+Subproject commit 5d5a3ee314476701a20f2c6ec4a53f88d651df6c

OK, it looks like it went bad in ce5d37c, so we will restore the submodule from its parent (ce5d37c~).

Alternatively, you can take the submodule’s commit from the patch text (5d5a3ee314476701a20f2c6ec4a53f88d651df6c) and use the above “inside, out” process instead.

Checkout in the Super-project

$ git checkout ce5d37c~ -- sub

This resets the submodule entry for sub to what it was at commit ce5d37c~ in the super-project.

Update the Submodule

$ git submodule update
Submodule path 'sub': checked out '5d5a3ee314476701a20f2c6ec4a53f88d651df6c'

The submodule update went OK (it indicates a detached HEAD).

Check the Results

$ git diff ce5d37c~ -- sub
$ git diff
$ git diff --cached
diff --git c/sub i/sub
index e47c0a1..5d5a3ee 160000
--- c/sub
+++ i/sub
@@ -1 +1 @@
-Subproject commit e47c0a16d5909d8cb3db47c81896b8b885ae1556
+Subproject commit 5d5a3ee314476701a20f2c6ec4a53f88d651df6c

The first diff shows that sub is now the same in ce5d37c~. The second diff shows that the index and work tree are the same. The third diff shows the only staged change is moving the sub submodule to a different commit.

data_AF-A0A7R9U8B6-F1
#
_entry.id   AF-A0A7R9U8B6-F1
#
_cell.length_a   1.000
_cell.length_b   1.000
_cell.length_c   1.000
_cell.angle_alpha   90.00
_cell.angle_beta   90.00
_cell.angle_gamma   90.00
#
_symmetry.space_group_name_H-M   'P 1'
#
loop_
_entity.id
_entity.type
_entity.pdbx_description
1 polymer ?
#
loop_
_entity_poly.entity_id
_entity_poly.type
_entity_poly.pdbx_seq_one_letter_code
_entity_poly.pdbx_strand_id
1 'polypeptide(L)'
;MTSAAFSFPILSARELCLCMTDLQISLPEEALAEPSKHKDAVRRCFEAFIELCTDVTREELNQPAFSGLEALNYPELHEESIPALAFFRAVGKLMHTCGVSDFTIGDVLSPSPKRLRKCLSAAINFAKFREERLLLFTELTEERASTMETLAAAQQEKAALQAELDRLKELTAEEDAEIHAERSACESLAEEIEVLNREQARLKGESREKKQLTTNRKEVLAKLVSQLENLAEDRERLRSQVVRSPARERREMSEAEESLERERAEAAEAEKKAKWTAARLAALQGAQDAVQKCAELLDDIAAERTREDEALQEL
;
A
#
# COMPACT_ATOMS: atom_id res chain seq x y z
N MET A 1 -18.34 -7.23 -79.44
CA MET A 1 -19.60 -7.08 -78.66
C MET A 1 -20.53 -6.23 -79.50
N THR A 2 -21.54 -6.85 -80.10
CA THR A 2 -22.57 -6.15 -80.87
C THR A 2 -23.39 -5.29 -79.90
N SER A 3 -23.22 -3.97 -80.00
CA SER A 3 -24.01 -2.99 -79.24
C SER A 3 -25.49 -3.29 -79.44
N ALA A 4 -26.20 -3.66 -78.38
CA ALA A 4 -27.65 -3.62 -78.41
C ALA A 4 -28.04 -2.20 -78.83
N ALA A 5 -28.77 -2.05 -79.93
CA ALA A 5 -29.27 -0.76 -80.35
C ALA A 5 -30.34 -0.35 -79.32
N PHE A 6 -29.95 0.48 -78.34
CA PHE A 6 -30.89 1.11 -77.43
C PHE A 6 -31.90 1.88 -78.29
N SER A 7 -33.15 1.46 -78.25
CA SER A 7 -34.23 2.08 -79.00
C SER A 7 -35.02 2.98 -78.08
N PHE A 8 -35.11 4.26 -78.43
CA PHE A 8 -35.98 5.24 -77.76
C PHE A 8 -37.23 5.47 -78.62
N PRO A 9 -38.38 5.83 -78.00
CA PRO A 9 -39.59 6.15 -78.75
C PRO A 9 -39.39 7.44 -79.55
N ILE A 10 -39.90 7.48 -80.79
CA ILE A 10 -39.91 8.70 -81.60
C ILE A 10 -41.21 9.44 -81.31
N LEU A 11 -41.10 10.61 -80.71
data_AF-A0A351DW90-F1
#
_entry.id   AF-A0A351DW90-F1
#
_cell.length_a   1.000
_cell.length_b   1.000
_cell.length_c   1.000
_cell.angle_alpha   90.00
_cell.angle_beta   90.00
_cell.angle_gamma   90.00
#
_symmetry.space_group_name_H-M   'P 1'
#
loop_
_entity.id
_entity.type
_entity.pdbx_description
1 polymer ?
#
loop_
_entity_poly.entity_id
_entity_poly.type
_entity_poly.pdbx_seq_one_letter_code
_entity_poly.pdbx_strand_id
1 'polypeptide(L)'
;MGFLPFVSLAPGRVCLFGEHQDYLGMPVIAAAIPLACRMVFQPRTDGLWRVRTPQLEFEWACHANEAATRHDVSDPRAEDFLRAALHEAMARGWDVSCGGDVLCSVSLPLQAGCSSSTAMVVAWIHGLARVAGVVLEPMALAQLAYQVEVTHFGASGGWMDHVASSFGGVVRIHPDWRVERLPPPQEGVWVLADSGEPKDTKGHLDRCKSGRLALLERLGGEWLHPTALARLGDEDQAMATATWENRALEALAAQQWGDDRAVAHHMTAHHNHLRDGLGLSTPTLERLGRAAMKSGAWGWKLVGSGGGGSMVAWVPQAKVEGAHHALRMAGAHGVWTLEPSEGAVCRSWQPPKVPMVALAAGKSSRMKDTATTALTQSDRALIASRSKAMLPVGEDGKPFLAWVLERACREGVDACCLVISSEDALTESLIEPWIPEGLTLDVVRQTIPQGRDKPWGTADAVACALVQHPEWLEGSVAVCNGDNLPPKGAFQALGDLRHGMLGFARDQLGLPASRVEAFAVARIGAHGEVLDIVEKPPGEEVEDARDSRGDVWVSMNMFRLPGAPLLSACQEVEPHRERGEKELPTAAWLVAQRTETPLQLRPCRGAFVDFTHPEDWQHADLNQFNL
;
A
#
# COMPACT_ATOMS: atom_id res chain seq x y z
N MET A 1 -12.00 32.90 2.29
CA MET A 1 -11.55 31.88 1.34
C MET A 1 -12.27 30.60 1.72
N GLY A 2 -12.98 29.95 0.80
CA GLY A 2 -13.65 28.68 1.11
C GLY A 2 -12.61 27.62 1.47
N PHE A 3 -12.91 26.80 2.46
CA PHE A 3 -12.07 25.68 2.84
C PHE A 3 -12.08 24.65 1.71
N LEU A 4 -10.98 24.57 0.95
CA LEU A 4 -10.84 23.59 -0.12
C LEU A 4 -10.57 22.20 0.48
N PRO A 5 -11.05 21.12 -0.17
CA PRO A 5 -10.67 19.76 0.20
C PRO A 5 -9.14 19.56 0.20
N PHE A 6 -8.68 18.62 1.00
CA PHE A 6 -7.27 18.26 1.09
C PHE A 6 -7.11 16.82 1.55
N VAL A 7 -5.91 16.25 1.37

Commit

git commit

This commits the fixed-up submodule entry.

4

  • In the “Outside, In” approach, could you elucidate on why “it looks like it went bad in ce5d37c?” What fingers that one as the bad commit?

    Feb 18, 2011 at 21:53


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    @Garrett: The assumption is e47c0a is a commit that does not exist in the local repository for sub, yet the super-project’s sub points to that commit. This might have happened because someone else created e47c0a in their copy of sub, updated their super-project to point to that commit and pushed the super-project without pushing e47c0a to the central/shared repository for sub. When we pull from the central/shared super-project we get a commit that points sub to e47c0a, but we can not “see” that commit. ce5d37c is suspect because, based on the diff, it introduced e47c0a.